DAS KAPITAL: Billionaires’ Ball, Gluttony and Hubris in an Age of Epic Inequality – By Linda McQuaid and Neil Brooks

Source – lindamcquaig.com

The Trouble With Billionaires, How the Super-Rich Hijacked the World and How We Can Take It Back (Published in the US under the title BILLIONAIRES’ BALL:
Gluttony and Hubris in an Age of Epic Inequality):

“A devastating expose of the real-world impact of extreme wealth concentration from two of our most rigorous, knowledgeable and humorous chroniclers of corporate excess. An indispensable read for this political moment.”
  – Naomi Klein, author, The Shock Doctrine

 – The glittering lives of billionaires may seem like a harmless source of entertainment. But such concentrated economic power reverberates throughout society, threatening the quality of life and the very functioning of democracy. It’s no accident that the United States claims the most billionaires – but suffers among the highest rates of infant mortality and crime, the shortest life expectancy, as well as the lowest rates of social mobility and electoral political participation in the developed world.

Our society tends to regard large fortunes as evidence of great talent or accomplishment. Yet the vast new wealth isn’t due to an increase in talent or effort at the top, but rather to changing social attitudes legitimizing greed and government policy changes that favour the new elite. Authoritative and eye-opening, The Trouble With Billionaires will spark debate about the kind of society we want.

From The Trouble With Billionaires

Imagine this: you are given one dollar every second.

At that rate, after one minute, you would have 60 dollars. After twelve days, you would be a millionaire – something beyond the wildest dreams of most people on Earth.

But how long would it take to become a billionaire?

Well, at that rate, it would take almost 32 years.

Being a billionaire isn’t just beyond the wildest dreams of most people on Earth, it’s likely beyond their comprehension.

Another way to grasp the sheer size of the fortunes of billionaires is to imagine how long it would take Bill Gates, generally considered the world’s richest man, to count his $53 billion fortune. If he counted it at the same rate – one dollar every second – and he counted non-stop day and night, he would have it all counted in 1,680 years.

Or another way to look at it: if Bill Gates had started counting his fortune at that rate back in 330 AD – the same year the Roman emperor Constantine had his wife boiled alive and chose Byzantium as the Empire’s new capital – he would just be finishing up now.


Book Review: The Trouble with Billionaires – By J. Peter Venton

In this book, the authors present a comprehensive and detailed case against the extreme inequality in the distribution of income and wealth that has developed in the U.S. and, to a lesser degree, in Canada over the past thirty years.  In the U.S. the share of income earned by the top 1% of income earners increased from just under 10% in the postwar years to 24% in 2008. The case is supported by evidence-based research by economists, political scientists, other social scientists and epidemiologists as well as many factual anecdotes.

The authors maintain that the increases in inequality in both countries have been largely driven by  wealthy elites who have captured the political agendas.  Inequality has not been the result of forces inherent in the free market capitalist economic systems.  In both Canada and the U.S. the authors document how the wealthy elite have subverted democracies by advancing their economic interests at the expense of the values of the majority.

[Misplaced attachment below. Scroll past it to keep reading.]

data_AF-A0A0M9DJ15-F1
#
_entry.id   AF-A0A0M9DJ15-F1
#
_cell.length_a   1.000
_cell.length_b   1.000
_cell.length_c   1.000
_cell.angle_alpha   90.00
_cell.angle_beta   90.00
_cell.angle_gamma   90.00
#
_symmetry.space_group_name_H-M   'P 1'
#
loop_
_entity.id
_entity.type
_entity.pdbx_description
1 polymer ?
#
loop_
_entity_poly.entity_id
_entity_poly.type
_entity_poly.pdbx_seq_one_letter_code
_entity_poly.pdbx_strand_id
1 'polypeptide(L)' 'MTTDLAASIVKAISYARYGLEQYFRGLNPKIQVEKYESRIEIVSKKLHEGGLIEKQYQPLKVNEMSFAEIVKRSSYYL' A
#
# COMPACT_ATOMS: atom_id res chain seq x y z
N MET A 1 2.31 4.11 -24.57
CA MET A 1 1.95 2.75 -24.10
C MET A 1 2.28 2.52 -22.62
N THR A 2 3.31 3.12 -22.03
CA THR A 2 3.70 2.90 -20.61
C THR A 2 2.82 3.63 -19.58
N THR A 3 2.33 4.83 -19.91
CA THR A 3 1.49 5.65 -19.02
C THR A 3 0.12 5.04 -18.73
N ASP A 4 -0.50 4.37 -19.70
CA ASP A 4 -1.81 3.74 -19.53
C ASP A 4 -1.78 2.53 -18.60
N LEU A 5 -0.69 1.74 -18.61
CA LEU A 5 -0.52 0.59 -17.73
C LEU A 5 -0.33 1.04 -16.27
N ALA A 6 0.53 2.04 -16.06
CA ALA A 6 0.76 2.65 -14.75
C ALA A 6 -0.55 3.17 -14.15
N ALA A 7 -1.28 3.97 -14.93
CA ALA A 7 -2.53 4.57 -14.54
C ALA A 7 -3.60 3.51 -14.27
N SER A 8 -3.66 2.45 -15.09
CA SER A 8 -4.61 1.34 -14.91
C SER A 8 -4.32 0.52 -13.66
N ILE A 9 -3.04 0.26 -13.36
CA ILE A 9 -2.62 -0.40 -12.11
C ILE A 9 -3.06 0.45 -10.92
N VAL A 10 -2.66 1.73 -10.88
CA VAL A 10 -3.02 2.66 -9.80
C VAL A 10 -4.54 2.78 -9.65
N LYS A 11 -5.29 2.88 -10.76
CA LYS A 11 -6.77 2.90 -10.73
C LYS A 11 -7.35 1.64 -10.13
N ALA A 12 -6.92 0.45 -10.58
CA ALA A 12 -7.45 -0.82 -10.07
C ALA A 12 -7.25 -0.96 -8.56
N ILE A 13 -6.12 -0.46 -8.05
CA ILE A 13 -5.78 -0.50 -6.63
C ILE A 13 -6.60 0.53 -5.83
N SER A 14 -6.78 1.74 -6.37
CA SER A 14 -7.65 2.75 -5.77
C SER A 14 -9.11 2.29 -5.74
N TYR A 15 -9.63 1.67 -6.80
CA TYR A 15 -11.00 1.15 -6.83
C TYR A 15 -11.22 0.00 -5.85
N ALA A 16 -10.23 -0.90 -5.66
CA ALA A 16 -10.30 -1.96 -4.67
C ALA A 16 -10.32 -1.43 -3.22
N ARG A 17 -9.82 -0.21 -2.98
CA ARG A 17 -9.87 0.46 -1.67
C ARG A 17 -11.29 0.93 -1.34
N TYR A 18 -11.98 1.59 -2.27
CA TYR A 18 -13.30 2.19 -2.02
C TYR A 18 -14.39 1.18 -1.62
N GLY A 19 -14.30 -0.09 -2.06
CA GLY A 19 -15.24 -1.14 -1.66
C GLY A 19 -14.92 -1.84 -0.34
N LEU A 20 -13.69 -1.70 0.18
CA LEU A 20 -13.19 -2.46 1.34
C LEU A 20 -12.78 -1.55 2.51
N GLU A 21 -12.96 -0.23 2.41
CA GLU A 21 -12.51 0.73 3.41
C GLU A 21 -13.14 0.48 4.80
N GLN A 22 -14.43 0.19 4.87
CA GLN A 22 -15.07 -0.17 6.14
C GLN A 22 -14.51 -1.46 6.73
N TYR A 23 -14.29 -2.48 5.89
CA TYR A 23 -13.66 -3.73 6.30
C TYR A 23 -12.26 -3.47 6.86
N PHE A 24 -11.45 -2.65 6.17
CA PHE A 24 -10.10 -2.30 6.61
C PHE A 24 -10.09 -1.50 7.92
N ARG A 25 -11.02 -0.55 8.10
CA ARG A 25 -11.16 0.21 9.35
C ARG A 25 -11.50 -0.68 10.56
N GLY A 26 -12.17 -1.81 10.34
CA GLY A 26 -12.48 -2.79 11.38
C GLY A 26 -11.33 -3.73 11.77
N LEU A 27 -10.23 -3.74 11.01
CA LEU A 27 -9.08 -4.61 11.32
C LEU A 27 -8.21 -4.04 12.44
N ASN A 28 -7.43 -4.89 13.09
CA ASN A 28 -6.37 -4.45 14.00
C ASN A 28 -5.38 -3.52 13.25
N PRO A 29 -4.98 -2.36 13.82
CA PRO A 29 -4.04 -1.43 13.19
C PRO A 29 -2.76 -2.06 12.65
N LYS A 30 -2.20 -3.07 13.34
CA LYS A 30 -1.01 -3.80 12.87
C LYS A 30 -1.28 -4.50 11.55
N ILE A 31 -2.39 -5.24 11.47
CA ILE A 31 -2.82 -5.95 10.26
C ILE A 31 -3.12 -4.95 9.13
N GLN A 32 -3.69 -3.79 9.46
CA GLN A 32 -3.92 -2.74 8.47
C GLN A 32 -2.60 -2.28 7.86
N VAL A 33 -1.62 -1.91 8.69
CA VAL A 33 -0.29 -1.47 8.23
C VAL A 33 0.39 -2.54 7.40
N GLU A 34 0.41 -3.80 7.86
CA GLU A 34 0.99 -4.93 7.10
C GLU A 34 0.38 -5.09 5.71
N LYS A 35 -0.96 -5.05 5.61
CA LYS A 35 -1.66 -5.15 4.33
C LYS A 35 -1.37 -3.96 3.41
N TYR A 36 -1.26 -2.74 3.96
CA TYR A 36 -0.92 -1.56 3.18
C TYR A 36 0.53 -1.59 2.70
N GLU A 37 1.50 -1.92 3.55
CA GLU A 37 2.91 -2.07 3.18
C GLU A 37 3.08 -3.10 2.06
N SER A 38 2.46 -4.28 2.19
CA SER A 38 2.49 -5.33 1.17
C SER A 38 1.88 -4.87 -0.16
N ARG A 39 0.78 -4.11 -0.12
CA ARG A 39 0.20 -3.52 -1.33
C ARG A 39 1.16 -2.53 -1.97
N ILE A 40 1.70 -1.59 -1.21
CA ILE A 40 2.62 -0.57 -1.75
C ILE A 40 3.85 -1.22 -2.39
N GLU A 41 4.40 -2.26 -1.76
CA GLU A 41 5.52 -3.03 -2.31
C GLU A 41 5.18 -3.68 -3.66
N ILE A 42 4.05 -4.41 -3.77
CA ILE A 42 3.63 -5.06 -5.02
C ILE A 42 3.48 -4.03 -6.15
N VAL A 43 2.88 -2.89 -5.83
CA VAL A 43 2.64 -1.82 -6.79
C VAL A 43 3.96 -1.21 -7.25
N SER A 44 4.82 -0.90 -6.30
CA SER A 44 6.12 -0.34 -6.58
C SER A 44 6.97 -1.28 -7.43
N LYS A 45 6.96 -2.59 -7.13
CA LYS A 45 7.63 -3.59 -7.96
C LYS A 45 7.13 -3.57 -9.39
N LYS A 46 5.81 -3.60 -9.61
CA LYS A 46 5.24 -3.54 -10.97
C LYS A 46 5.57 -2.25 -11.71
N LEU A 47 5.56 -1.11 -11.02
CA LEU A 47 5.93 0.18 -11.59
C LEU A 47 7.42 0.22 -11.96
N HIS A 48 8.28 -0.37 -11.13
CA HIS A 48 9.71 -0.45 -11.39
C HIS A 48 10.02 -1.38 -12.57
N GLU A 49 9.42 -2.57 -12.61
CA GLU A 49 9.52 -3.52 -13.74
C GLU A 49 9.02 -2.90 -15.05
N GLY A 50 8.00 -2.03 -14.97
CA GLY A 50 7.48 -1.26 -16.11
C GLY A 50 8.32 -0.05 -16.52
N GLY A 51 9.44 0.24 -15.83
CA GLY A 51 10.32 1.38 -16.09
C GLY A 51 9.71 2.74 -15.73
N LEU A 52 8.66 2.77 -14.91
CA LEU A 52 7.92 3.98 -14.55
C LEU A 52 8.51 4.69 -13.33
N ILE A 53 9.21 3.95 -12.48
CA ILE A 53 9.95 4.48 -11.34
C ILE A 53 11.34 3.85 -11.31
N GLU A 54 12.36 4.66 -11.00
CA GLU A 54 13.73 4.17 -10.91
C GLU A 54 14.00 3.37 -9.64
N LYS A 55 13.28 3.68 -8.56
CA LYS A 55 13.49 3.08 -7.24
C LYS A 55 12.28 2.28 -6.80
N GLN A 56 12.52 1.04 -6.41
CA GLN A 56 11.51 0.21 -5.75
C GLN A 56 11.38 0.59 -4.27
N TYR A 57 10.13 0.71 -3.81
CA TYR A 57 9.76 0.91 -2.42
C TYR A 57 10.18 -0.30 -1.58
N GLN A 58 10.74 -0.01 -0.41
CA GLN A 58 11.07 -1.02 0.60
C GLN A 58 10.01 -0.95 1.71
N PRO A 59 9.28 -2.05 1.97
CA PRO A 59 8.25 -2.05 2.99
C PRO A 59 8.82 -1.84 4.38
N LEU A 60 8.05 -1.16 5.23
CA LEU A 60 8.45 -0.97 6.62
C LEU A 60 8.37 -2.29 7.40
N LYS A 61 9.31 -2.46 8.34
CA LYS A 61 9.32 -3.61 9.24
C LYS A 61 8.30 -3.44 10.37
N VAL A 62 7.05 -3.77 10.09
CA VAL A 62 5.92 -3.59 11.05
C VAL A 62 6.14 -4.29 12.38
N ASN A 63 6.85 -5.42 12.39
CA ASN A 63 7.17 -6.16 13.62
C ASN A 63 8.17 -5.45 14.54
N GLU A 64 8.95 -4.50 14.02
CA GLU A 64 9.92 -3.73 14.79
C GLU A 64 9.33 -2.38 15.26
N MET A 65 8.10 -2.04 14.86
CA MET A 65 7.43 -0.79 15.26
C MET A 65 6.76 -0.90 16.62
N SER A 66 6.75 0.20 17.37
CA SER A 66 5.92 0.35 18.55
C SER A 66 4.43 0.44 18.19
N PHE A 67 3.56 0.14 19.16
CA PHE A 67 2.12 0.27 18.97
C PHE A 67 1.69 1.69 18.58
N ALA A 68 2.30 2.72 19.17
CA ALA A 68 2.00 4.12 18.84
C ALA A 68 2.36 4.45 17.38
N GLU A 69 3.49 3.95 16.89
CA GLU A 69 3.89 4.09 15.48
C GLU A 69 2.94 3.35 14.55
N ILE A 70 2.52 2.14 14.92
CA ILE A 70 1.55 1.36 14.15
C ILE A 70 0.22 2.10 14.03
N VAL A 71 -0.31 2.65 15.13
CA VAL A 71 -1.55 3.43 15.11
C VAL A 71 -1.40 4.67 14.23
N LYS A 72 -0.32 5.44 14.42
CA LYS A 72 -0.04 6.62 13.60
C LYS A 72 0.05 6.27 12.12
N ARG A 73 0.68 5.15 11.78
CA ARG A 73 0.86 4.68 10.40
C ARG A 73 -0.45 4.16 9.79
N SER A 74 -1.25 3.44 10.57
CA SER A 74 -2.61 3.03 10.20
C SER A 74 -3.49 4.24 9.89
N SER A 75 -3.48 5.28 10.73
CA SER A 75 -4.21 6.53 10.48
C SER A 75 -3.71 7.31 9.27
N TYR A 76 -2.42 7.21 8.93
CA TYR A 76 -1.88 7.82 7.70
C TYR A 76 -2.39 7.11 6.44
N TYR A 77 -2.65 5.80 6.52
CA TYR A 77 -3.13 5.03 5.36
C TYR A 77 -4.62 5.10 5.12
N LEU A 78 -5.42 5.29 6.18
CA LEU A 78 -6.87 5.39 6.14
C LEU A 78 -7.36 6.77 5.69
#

For example, U.S polls around 2000 showed that 74% of American voters preferred spending surpluses on social security to tax cuts. Nevertheless Republicans implemented tax cuts in 2001 and 2003. In a March 2001 survey, 73% of Americans favoured tax cuts that would be aimed more at middle income Americans than across- the- board cuts that would give the largest share of the cut to wealthy Americans.

Despite these preferences, the richest 0.1 percent of Americans saved 284 times more from the Bush tax cuts between 2001 and 2010 than people in the middle 20 percent of the U.S. income distribution.” For Canada the authors describe how business men and the wealthy succeeded in pressuring the federal government to eliminate  estate taxes in 1971, how they blocked attempts of finance ministers in 1972 and 1981 to make the income tax more progressive,  how they influence the change in rules on family trusts in 1991 that saved wealthy families untold billions.

Increasing inequality has created a lot of collateral damage.  It has been bad for the health and social well being of citizens.  It has reduced social mobility which is at the heart of the American Dream.  And it has been bad for the economy as it has reduced economic growth and increased unemployment.  Indeed increasing inequality was one of the primary factors causing the Great Depression of the 1930s and the financial crisis of 2008.

A central argument in the book is that the wealthy elite deserve only a fraction of their legally- earned income.  Much of the success of billionaires can be attributed to past scientific and technological  breakthroughs that properly belong to society as a whole rather than to individuals.  Another part of the  success of billionaires results from government policies that enhance markets for their products and services by enforcing property rights and by giving them degrees of monopoly power (e.g., through patent legislation on pharmaceuticals and computer software, and  copyright laws).

Government regulations  on international trade, banking and commerce also contribute to their success.  Last but not least, the authors’ analysis of billionaires Bill Gates, John Paulson and Warren Buffet reveal  instances where their  success has been, to a significant extent, the result of just plain luck,  connections or government bail outs rather than hard work or innovation.

To reverse inequality in Canada, the authors propose an inheritance tax, increased marginal tax rates of 15% and 25% on incomes over  $500,000 and $2,500,000 respectively, and the elimination of tax loop holes.  In addition they propose that Canada support international measures for a clampdown on tax avoiders and evaders that would involve the establishment of a simple international system for reporting financial transactions.  Finally they recommend (that Canada) support the international implementation of a financial transaction tax (often referred to as the “Tobin tax”).  Such a tax would impact primarily on the wealthy, raise much needed revenues for governments and curb short term financial speculation that adds little value to the economy.